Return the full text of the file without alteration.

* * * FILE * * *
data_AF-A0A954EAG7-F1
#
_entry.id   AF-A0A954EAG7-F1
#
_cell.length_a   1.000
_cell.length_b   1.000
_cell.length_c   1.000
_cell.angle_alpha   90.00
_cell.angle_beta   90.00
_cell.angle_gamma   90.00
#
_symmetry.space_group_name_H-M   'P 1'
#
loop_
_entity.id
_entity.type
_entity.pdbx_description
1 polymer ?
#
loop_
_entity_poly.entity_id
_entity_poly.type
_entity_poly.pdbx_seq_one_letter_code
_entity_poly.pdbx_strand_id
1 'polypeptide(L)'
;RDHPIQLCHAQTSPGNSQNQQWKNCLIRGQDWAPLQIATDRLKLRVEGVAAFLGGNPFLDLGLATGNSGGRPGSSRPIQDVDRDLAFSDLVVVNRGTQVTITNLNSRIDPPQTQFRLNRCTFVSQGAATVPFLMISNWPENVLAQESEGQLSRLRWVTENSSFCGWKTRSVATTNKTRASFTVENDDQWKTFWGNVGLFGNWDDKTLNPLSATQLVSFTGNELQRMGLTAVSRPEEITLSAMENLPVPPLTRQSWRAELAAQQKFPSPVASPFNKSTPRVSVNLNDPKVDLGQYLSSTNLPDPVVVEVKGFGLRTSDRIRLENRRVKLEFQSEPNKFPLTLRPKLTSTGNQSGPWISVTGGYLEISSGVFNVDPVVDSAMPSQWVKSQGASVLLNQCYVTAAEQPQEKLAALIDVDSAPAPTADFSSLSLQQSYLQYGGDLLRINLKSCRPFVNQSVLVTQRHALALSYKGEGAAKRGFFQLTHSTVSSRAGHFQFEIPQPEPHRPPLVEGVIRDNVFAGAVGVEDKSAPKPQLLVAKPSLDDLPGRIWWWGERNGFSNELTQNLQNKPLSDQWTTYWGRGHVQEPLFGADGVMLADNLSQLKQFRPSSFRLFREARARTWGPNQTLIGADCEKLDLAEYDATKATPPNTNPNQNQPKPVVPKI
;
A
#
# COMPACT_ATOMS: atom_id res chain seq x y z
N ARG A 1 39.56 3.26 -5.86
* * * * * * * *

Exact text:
data_AF-A0A954EAG7-F1
#
_entry.id   AF-A0A954EAG7-F1
#
_cell.length_a   1.000
_cell.length_b   1.000
_cell.length_c   1.000
_cell.angle_alpha   90.00
_cell.angle_beta   90.00
_cell.angle_gamma   90.00
#
_symmetry.space_group_name_H-M   'P 1'
#
loop_
_entity.id
_entity.type
_entity.pdbx_description
1 polymer ?
#
loop_
_entity_poly.entity_id
_entity_poly.type
_entity_poly.pdbx_seq_one_letter_code
_entity_poly.pdbx_strand_id
1 'polypeptide(L)'
;RDHPIQLCHAQTSPGNSQNQQWKNCLIRGQDWAPLQIATDRLKLRVEGVAAFLGGNPFLDLGLATGNSGGRPGSSRPIQDVDRDLAFSDLVVVNRGTQVTITNLNSRIDPPQTQFRLNRCTFVSQGAATVPFLMISNWPENVLAQESEGQLSRLRWVTENSSFCGWKTRSVATTNKTRASFTVENDDQWKTFWGNVGLFGNWDDKTLNPLSATQLVSFTGNELQRMGLTAVSRPEEITLSAMENLPVPPLTRQSWRAELAAQQKFPSPVASPFNKSTPRVSVNLNDPKVDLGQYLSSTNLPDPVVVEVKGFGLRTSDRIRLENRRVKLEFQSEPNKFPLTLRPKLTSTGNQSGPWISVTGGYLEISSGVFNVDPVVDSAMPSQWVKSQGASVLLNQCYVTAAEQPQEKLAALIDVDSAPAPTADFSSLSLQQSYLQYGGDLLRINLKSCRPFVNQSVLVTQRHALALSYKGEGAAKRGFFQLTHSTVSSRAGHFQFEIPQPEPHRPPLVEGVIRDNVFAGAVGVEDKSAPKPQLLVAKPSLDDLPGRIWWWGERNGFSNELTQNLQNKPLSDQWTTYWGRGHVQEPLFGADGVMLADNLSQLKQFRPSSFRLFREARARTWGPNQTLIGADCEKLDLAEYDATKATPPNTNPNQNQPKPVVPKI
;
A
#
# COMPACT_ATOMS: atom_id res chain seq x y z
N ARG A 1 39.56 3.26 -5.86